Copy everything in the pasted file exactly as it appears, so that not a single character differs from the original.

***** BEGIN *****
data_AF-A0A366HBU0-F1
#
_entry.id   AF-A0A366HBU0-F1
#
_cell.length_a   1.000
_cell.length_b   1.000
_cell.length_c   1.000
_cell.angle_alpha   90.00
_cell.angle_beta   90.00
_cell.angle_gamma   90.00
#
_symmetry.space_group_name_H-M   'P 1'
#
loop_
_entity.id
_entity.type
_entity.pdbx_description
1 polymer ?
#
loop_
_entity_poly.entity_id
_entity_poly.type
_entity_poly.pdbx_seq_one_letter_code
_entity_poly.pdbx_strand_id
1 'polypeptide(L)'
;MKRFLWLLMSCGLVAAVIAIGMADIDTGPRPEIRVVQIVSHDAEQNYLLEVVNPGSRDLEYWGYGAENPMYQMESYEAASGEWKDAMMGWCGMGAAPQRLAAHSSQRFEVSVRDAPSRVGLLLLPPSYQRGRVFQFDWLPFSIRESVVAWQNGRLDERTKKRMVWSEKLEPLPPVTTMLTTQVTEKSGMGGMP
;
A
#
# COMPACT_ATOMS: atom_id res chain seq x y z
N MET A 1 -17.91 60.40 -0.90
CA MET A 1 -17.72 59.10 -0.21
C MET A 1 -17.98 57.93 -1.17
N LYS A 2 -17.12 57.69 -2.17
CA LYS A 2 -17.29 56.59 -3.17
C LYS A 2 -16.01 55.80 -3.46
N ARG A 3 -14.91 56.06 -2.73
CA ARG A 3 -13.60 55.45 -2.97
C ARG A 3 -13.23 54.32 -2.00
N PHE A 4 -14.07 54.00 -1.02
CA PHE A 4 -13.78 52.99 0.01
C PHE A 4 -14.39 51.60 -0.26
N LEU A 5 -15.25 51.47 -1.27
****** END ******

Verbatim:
data_AF-A0A366HBU0-F1
#
_entry.id   AF-A0A366HBU0-F1
#
_cell.length_a   1.000
_cell.length_b   1.000
_cell.length_c   1.000
_cell.angle_alpha   90.00
_cell.angle_beta   90.00
_cell.angle_gamma   90.00
#
_symmetry.space_group_name_H-M   'P 1'
#
loop_
_entity.id
_entity.type
_entity.pdbx_description
1 polymer ?
#
loop_
_entity_poly.entity_id
_entity_poly.type
_entity_poly.pdbx_seq_one_letter_code
_entity_poly.pdbx_strand_id
1 'polypeptide(L)'
;MKRFLWLLMSCGLVAAVIAIGMADIDTGPRPEIRVVQIVSHDAEQNYLLEVVNPGSRDLEYWGYGAENPMYQMESYEAASGEWKDAMMGWCGMGAAPQRLAAHSSQRFEVSVRDAPSRVGLLLLPPSYQRGRVFQFDWLPFSIRESVVAWQNGRLDERTKKRMVWSEKLEPLPPVTTMLTTQVTEKSGMGGMP
;
A
#
# COMPACT_ATOMS: atom_id res chain seq x y z
N MET A 1 -17.91 60.40 -0.90
CA MET A 1 -17.72 59.10 -0.21
C MET A 1 -17.98 57.93 -1.17
N LYS A 2 -17.12 57.69 -2.17
CA LYS A 2 -17.29 56.59 -3.17
C LYS A 2 -16.01 55.80 -3.46
N ARG A 3 -14.91 56.06 -2.73
CA ARG A 3 -13.60 55.45 -2.97
C ARG A 3 -13.23 54.32 -2.00
N PHE A 4 -14.07 54.00 -1.02
CA PHE A 4 -13.78 52.99 0.01
C PHE A 4 -14.39 51.60 -0.26
N LEU A 5 -15.25 51.47 -1.27